It’s been about a year since I graduated and I still recall the feeling of receiving news that I’ve been awarded first class honours. At the time that results were released, I was busy juggling a full-time job while building a business and I started seeing posts from my friends on Facebook about their results. Some expressed sighs of relief that university life was finally over. Some, unfortunately, were not that relieved.
So what does it feel like getting first class honours? I remember rushing back to my office after seeing all the news on Facebook and searched everywhere for my student details to log into the examination results portal. After impatiently banging onto tables and walls because of bloody slow wifi, the results were loaded and I got what I wanted – First Class Honours. I thrusted my fists into the air and my colleagues thought I closed another sales deal. They didn’t know about my results.
The feeling was amazing. It felt like I’ve accomplished the impossible because the percentages of first-class graduates has been so low throughout the years. I felt extremely satisfied about it because I’ve always told myself that I was never good at studying. To make things better, I was awarded the bronze award by the Singapore Institute of Management, marking me as one of the top students to graduate from a tough course – BSc in Economics & Management. I could finally bring honour to my parents who had a crazy-ass time bringing me up as a kid in Secondary school because I hated studying! I was getting shitty grades and my folks were worried nuts about my future. The ecstatic look on their faces when I broke the news to them about the bronze award would never leave my memory. The sense of accomplishment in making my parents proud has always been the highest point of satisfaction for me. Boy, you should have seen their faces on graduation day and when I went up to receive the award.
I hope you see that the joy in being awarded first class honours wasn’t really in the award itself but more of realizing a goal. We don’t need to set the same goals – some people want to get first class honours while some simply want to pass. What’s extremely crucial in UOL, and generally in life, is that we set goals that we think are beyond ourselves. Oh, by the way, my goal was to actually become the top student in my cohort and I did not achieve that. Was I disappointed? Sure, I was. But the fact that I aimed extremely high helped me get a first class honours with a bronze award to top it off.
So, in this first instalment of the UOL Student’s Guide to First Class Honours, I recommend that you set your goals and aim them high. Make ‘em really specific. Don’t just say you want first class honours; ask yourself, “Out of 12 units, how many of them do I want to ace? What is the lowest score I will tolerate for every subject? 50? 60?”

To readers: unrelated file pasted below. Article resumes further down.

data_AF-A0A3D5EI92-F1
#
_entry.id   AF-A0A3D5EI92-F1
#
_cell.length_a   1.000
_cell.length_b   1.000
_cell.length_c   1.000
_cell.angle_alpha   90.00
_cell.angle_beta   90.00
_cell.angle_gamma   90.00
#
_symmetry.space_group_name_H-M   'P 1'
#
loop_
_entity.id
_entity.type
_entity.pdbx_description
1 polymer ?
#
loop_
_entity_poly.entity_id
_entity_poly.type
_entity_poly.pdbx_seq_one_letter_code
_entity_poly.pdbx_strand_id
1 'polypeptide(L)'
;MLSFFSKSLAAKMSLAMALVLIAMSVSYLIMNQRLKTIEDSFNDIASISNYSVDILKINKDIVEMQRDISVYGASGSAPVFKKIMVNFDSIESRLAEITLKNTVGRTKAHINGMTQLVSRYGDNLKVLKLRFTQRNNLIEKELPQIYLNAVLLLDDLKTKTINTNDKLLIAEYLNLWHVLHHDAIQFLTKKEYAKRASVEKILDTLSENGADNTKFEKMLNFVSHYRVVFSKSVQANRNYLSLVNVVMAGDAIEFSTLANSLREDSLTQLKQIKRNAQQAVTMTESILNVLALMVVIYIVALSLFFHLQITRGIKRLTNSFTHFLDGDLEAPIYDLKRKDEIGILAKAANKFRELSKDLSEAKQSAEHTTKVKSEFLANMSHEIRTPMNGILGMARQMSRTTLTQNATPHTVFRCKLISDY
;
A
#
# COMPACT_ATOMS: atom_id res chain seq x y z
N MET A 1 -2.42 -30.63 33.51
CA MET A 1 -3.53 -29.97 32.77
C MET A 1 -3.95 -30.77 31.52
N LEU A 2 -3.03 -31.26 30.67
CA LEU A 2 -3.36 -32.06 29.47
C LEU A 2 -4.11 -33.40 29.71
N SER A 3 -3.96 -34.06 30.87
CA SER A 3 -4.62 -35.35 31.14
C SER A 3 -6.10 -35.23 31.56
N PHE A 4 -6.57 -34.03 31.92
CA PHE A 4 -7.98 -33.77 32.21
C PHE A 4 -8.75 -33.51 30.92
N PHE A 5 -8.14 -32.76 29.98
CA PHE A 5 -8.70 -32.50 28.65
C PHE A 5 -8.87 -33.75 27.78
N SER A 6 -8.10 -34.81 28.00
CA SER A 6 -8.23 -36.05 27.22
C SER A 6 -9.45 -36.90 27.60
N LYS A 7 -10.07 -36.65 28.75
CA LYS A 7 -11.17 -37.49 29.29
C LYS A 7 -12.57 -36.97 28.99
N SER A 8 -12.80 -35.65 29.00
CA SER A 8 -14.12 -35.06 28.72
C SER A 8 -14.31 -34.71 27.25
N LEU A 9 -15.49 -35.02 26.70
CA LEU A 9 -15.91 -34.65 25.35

When you phrase out your goal, don’t use words like “I want”. Whenever a goal is an “I want”, an “I should”, or an “I think”, it is never a priority. We’ll only work on them when it’s convenient and easy for us. Make it a MUST. Phrase it out like this:
I MUST graduate from UOL with first-class honours because my dream is to work for an investment bank and a first class is going to get me there. I MUST score 5 A’s and will never allow myself to score less than 60 for all other units.
Notice the reason for wanting a first class so badly? When you know your “why”, you will become resilient towards internal obstacles like procrastination, boredom, fatigue, temptation, you name it! Champions keep going when they have nothing left in their tanks because they know that they’re fighting for a larger cause. It could be honouring your parents, getting a scholarship, or getting to a reputable masters’ course. You have to know your “why”.
“When you want to be successful as bad as you want to breathe, then you’ll be successful.”
Once you’ve phrased out your goal, that’s not the end. You’ve gotta write it out or print it out on a piece of paper and have it hung near where you sleep. It’s gotta be the first thing you see every morning so that you never use the snooze button. It’s gotta be a declaration – To your family, your friends, your relatives, your lectures, your classmates. You’ve got to put yourself on the line and make it known that this is the path you’re going to take.
Once you have done this, I guarantee that your life will be different. And you would be ready for what I have to share with you in the next instalment of the UOL Student’s Guide to First Class Honours – how to study early the smart way and enjoy exam preparation instead of studying in fear.
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